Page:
10 Ways to Reduce Fleet Management Costs (Part 1)

10 Ways to Reduce Fleet Management Costs (Part 2)

Nowadays getting a Fleet Management system does not ensure your company that it will be able to cut costs successfully and reach the highest efficiency in its operations. In order to manage your fleets efficiently you should also pay attention to these 10 tips that can help your drivers to avoid extra costs:

1. Reduce the Fleet’s Size

Reducing the number of vehicles in fleet management is the most proven way to reduce overall costs. Eliminating 100 vehicles offers a potential savings opportunity of more than $500,000 per year. While removing these vehicles would proportionately eliminate 100 percent of fixed costs, the likely increased workload required of the remaining fleet vehicles will raise the operating costs for those vehicles slightly; however, there will still be a net decrease in overall fleet operating costs.

Reduce the Fleet’s Size
Green Fleet Initiatives

2. Cut Miles Traveled

The number of vehicle miles traveled is one area where fleet managers typically have limited, if any, control. Other than monitoring and enforcing personal-use policies, fleet managers are not privy to day-to-day business purpose data or have the tools to measure the reasonableness and justification for such use. Still, unnecessary trips with little business justification occur and such events drive up vehicle operating costs.

3. Reduce vehicle size and weight

Fleet managers are actively seeking to reduce vehicle size. To do so, they should invest time into better understanding the functional purposes of the vehicles that they manage. This requires spending time in the field, an undertaking that many fleet managers fail to do. Only by thoroughly understanding business requirements, can fleet managers begin to appropriately downsize vehicle models, downsize engines, and add suitable options while avoiding negatives such as mechanical failure and downtime.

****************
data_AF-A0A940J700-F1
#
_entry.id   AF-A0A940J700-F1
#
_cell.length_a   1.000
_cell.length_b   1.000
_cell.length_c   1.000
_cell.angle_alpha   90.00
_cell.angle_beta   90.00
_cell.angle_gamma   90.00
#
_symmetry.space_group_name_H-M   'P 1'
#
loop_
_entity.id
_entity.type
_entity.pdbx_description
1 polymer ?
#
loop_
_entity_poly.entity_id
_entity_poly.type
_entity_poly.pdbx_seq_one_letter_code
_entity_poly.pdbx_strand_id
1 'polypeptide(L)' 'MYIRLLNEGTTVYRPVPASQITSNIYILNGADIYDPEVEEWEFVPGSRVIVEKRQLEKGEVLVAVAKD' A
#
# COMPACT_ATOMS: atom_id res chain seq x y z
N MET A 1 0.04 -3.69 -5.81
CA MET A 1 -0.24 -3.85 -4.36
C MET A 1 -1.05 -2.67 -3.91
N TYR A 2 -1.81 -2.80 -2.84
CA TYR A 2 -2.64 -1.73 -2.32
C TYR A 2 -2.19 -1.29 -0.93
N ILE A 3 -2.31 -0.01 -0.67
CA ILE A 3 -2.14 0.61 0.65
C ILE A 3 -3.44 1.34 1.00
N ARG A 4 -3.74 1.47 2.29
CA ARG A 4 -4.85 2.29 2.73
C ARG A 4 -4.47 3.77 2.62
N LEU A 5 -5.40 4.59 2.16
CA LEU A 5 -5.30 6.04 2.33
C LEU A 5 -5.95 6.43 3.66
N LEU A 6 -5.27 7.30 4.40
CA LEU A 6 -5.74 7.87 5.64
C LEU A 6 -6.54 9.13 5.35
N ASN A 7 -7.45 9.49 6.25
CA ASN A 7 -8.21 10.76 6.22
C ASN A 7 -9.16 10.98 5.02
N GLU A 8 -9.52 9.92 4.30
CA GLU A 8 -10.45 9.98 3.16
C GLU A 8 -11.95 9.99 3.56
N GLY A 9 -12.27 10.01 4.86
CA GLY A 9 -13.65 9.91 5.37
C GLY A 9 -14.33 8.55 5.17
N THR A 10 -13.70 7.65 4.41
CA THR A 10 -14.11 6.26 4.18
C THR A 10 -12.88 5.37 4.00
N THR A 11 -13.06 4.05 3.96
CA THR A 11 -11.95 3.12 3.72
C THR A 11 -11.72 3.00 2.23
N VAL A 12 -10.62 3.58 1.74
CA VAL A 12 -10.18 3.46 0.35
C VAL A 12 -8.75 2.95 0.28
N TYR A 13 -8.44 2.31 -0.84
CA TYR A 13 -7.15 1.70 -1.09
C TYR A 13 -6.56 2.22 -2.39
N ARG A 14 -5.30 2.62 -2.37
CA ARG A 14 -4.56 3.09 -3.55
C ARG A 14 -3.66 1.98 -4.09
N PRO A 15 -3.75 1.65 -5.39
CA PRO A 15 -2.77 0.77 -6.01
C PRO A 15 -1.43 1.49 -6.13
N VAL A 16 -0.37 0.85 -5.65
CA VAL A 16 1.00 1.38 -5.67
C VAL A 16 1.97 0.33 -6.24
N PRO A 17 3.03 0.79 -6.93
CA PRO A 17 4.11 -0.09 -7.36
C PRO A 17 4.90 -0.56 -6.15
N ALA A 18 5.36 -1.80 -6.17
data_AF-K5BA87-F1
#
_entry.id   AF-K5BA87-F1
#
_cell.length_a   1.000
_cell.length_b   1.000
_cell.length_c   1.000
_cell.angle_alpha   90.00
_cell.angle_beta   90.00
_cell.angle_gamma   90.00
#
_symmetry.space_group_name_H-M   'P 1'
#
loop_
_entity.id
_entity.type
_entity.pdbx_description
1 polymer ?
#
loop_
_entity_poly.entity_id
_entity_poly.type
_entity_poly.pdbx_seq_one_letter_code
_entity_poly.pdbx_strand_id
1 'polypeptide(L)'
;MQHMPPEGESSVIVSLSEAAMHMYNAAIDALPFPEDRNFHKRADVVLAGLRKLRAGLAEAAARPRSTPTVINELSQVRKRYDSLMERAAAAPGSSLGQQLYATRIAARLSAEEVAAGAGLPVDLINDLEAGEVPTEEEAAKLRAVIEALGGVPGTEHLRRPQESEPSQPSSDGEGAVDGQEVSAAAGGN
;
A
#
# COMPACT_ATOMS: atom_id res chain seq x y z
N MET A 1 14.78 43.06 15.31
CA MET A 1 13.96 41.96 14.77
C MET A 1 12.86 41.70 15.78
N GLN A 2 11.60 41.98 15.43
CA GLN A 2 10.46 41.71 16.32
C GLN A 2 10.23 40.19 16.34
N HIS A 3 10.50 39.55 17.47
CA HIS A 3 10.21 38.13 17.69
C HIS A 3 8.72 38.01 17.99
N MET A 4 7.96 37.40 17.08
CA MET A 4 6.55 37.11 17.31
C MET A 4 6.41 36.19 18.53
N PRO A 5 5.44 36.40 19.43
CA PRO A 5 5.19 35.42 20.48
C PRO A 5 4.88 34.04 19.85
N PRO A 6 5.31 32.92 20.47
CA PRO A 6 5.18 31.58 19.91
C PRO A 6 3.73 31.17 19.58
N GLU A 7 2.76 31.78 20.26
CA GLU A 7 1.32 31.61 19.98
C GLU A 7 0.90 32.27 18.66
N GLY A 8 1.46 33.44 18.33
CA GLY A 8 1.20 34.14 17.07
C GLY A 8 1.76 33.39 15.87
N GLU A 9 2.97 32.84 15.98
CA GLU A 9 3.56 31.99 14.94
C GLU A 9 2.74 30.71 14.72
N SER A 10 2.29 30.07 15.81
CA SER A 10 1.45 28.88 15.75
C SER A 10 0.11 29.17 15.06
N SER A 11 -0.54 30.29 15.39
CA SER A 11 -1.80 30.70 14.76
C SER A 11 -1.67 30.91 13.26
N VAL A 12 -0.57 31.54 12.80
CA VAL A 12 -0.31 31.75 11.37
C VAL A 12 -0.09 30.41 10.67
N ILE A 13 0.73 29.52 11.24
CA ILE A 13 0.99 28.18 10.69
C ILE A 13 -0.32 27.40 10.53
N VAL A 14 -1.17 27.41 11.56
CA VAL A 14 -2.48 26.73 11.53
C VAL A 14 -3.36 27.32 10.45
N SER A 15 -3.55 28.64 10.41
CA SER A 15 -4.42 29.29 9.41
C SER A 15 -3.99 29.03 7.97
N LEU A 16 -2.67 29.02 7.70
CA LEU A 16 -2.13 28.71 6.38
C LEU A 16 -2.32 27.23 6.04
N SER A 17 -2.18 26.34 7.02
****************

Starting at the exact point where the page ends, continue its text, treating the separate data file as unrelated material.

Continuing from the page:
Reduce vehicle size and weight
Upfitting Trends of Fleet Management

4. Modify driver behavior using Fleet Management system

Many organizations with fleet management systems fail to consider the impact drivers have on vehicle fuel economy. Hard acceleration, idling, inconsistent speeds, excess use of air conditioning, and hard braking are bad driver habits that can be corrected with driver training and/or education. According to the EPA, a driver can impact fuel efficiency as much as 33 percent. Such strategic direction, however, requires collaboration on all levels of management in order to achieve driver buy-in, acceptance, and success.

5. Lower Fuel Cost

Fuel is often the second largest variable expense (after depreciation) faced by fleet managers. Fleet managers should remain alert for potential spikes and keep a proactive fuel management program in place at all times. Practices such as acquiring fuel-efficient technologies, vehicles weight reductions, additional transmission gears (e.g., 8- to 10-speeds), and appropriate drive types to meet business needs should be continued even when fuel prices are stable.

Reducing Fuel Spend

Read the second part of the article here.